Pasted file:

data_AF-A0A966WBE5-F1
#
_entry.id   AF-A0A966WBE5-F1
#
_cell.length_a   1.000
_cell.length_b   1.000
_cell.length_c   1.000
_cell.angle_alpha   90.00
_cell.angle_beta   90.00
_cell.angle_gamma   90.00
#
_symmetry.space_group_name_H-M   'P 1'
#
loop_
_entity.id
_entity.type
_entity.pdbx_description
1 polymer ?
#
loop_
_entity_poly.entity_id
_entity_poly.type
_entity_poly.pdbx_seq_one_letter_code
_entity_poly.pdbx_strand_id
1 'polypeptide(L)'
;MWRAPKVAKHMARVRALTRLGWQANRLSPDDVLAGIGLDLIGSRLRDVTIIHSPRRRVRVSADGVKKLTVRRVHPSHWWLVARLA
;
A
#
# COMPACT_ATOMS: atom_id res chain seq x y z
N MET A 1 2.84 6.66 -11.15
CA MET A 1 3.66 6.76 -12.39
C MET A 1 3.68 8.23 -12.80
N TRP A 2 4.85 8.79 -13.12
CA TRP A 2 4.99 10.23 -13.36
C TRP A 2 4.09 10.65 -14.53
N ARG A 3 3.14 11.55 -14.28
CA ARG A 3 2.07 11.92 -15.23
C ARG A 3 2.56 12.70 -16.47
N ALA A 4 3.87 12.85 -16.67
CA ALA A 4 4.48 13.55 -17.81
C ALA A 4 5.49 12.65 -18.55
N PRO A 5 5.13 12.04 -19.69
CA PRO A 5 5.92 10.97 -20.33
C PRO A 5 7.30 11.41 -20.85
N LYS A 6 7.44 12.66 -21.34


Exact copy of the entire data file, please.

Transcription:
data_AF-A0A966WBE5-F1
#
_entry.id   AF-A0A966WBE5-F1
#
_cell.length_a   1.000
_cell.length_b   1.000
_cell.length_c   1.000
_cell.angle_alpha   90.00
_cell.angle_beta   90.00
_cell.angle_gamma   90.00
#
_symmetry.space_group_name_H-M   'P 1'
#
loop_
_entity.id
_entity.type
_entity.pdbx_description
1 polymer ?
#
loop_
_entity_poly.entity_id
_entity_poly.type
_entity_poly.pdbx_seq_one_letter_code
_entity_poly.pdbx_strand_id
1 'polypeptide(L)'
;MWRAPKVAKHMARVRALTRLGWQANRLSPDDVLAGIGLDLIGSRLRDVTIIHSPRRRVRVSADGVKKLTVRRVHPSHWWLVARLA
;
A
#
# COMPACT_ATOMS: atom_id res chain seq x y z
N MET A 1 2.84 6.66 -11.15
CA MET A 1 3.66 6.76 -12.39
C MET A 1 3.68 8.23 -12.80
N TRP A 2 4.85 8.79 -13.12
CA TRP A 2 4.99 10.23 -13.36
C TRP A 2 4.09 10.65 -14.53
N ARG A 3 3.14 11.55 -14.28
CA ARG A 3 2.07 11.92 -15.23
C ARG A 3 2.56 12.70 -16.47
N ALA A 4 3.87 12.85 -16.67
CA ALA A 4 4.48 13.55 -17.81
C ALA A 4 5.49 12.65 -18.55
N PRO A 5 5.13 12.04 -19.69
CA PRO A 5 5.92 10.97 -20.33
C PRO A 5 7.30 11.41 -20.85
N LYS A 6 7.44 12.66 -21.34